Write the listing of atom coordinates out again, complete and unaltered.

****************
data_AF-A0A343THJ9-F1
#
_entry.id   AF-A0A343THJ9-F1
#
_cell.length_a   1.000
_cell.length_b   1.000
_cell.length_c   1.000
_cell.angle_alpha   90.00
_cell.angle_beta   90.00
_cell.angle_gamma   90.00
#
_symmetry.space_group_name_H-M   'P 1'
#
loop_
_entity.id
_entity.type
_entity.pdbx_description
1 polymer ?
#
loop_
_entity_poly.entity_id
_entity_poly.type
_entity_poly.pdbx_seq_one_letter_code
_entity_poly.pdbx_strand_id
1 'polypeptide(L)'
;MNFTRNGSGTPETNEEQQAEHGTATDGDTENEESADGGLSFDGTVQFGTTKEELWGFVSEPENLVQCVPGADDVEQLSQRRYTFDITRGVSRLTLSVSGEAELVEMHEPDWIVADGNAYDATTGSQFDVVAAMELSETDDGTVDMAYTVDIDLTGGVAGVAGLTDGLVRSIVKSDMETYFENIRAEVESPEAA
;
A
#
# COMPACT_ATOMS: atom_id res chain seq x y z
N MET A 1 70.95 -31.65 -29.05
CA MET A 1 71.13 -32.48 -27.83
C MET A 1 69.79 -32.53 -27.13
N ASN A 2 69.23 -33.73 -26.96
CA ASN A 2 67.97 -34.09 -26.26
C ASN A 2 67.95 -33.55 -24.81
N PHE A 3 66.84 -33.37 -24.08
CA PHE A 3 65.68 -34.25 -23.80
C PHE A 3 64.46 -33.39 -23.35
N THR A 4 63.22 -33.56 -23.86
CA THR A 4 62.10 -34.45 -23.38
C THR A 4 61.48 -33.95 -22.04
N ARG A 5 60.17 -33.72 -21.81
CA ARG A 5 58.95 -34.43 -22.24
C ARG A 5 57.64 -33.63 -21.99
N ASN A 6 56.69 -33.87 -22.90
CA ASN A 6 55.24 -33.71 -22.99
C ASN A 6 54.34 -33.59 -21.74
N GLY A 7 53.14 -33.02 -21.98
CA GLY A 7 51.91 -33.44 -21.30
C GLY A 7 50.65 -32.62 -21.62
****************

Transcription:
data_AF-A0A343THJ9-F1
#
_entry.id   AF-A0A343THJ9-F1
#
_cell.length_a   1.000
_cell.length_b   1.000
_cell.length_c   1.000
_cell.angle_alpha   90.00
_cell.angle_beta   90.00
_cell.angle_gamma   90.00
#
_symmetry.space_group_name_H-M   'P 1'
#
loop_
_entity.id
_entity.type
_entity.pdbx_description
1 polymer ?
#
loop_
_entity_poly.entity_id
_entity_poly.type
_entity_poly.pdbx_seq_one_letter_code
_entity_poly.pdbx_strand_id
1 'polypeptide(L)'
;MNFTRNGSGTPETNEEQQAEHGTATDGDTENEESADGGLSFDGTVQFGTTKEELWGFVSEPENLVQCVPGADDVEQLSQRRYTFDITRGVSRLTLSVSGEAELVEMHEPDWIVADGNAYDATTGSQFDVVAAMELSETDDGTVDMAYTVDIDLTGGVAGVAGLTDGLVRSIVKSDMETYFENIRAEVESPEAA
;
A
#
# COMPACT_ATOMS: atom_id res chain seq x y z
N MET A 1 70.95 -31.65 -29.05
CA MET A 1 71.13 -32.48 -27.83
C MET A 1 69.79 -32.53 -27.13
N ASN A 2 69.23 -33.73 -26.96
CA ASN A 2 67.97 -34.09 -26.26
C ASN A 2 67.95 -33.55 -24.81
N PHE A 3 66.84 -33.37 -24.08
CA PHE A 3 65.68 -34.25 -23.80
C PHE A 3 64.46 -33.39 -23.35
N THR A 4 63.22 -33.56 -23.86
CA THR A 4 62.10 -34.45 -23.38
C THR A 4 61.48 -33.95 -22.04
N ARG A 5 60.17 -33.72 -21.81
CA ARG A 5 58.95 -34.43 -22.24
C ARG A 5 57.64 -33.63 -21.99
N ASN A 6 56.69 -33.87 -22.90
CA ASN A 6 55.24 -33.71 -22.99
C ASN A 6 54.34 -33.59 -21.74
N GLY A 7 53.14 -33.02 -21.98
CA GLY A 7 51.91 -33.44 -21.30
C GLY A 7 50.65 -32.62 -21.62